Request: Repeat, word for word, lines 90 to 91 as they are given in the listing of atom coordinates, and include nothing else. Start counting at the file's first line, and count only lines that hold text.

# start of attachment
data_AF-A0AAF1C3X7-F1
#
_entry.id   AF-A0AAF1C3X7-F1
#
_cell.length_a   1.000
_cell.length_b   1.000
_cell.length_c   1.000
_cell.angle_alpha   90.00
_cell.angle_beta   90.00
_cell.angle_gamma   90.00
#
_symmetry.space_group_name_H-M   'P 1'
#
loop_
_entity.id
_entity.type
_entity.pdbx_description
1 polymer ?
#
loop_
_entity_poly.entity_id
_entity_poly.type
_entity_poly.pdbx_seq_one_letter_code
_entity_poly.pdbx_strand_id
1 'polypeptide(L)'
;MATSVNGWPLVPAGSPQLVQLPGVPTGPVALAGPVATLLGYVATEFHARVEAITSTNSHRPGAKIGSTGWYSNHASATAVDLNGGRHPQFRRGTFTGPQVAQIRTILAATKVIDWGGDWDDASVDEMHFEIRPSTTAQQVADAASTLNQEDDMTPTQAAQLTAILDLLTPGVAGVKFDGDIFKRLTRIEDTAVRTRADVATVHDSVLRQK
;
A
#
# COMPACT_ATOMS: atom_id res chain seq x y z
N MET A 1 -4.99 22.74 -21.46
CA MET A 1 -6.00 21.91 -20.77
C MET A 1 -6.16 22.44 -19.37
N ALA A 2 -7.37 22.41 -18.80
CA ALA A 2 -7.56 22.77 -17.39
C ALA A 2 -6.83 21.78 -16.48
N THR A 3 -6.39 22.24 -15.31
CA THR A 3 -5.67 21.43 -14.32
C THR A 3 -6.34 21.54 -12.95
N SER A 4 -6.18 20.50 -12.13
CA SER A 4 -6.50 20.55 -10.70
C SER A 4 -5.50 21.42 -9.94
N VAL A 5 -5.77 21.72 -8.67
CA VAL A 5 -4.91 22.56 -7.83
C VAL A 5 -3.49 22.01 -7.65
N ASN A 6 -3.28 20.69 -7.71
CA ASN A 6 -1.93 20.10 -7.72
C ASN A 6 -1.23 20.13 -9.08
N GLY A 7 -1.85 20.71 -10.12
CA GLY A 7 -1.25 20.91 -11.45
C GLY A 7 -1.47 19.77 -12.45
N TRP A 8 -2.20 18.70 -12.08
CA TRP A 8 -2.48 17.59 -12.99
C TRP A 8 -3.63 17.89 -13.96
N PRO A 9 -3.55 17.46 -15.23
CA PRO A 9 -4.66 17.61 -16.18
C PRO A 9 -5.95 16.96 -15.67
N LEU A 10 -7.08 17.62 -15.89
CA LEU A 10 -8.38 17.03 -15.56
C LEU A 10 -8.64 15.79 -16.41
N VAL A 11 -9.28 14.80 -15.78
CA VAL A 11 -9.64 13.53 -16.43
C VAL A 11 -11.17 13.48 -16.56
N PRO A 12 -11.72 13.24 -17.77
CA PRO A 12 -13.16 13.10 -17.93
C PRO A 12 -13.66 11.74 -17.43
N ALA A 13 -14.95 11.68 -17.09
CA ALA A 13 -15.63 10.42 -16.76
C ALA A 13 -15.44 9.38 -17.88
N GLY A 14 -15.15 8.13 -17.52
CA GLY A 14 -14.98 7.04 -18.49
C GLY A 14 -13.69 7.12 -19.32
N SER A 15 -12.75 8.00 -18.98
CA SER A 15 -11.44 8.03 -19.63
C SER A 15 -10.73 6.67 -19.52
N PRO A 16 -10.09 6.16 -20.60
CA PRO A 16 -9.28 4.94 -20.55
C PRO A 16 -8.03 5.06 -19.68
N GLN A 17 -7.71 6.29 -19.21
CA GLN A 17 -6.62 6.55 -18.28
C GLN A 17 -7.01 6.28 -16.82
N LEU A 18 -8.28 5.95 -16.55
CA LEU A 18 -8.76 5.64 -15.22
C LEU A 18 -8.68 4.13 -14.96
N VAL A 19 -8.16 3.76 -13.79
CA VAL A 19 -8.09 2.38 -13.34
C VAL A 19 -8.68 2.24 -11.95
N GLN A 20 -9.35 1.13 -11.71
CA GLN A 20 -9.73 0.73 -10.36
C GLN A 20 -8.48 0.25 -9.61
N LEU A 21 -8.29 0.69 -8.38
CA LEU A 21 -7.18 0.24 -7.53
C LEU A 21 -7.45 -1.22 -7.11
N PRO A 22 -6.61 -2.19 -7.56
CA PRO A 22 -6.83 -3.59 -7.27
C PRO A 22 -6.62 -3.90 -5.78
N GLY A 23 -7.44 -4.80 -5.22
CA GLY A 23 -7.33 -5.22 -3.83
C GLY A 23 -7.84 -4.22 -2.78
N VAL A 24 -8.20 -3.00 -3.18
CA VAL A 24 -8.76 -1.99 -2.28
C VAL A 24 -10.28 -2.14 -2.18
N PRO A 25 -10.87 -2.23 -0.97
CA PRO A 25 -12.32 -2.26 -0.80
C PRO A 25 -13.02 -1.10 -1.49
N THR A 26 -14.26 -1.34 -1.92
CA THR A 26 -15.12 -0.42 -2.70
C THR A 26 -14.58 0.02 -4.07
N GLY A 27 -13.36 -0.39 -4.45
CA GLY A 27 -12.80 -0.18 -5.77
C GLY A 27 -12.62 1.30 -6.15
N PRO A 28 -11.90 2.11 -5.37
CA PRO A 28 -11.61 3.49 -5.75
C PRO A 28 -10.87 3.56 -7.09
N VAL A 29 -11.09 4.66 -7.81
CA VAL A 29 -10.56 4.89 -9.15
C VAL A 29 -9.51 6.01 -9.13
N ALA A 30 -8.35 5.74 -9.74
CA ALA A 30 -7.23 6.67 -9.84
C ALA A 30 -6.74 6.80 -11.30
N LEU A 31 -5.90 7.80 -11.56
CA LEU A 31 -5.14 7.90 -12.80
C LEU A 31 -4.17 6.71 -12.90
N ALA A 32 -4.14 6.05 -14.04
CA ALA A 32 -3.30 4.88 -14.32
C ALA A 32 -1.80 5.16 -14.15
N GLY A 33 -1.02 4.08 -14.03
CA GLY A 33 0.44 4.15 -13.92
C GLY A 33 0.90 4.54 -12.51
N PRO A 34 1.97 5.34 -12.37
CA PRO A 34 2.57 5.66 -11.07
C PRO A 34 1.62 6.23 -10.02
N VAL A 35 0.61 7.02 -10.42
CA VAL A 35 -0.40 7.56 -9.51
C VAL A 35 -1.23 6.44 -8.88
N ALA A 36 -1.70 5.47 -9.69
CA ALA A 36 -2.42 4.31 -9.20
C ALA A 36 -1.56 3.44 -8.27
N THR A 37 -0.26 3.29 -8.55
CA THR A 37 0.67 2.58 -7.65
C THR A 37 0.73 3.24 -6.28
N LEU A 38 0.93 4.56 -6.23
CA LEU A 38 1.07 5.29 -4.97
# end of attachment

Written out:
C GLN A 20 -8.48 0.25 -9.61
N LEU A 21 -8.29 0.69 -8.38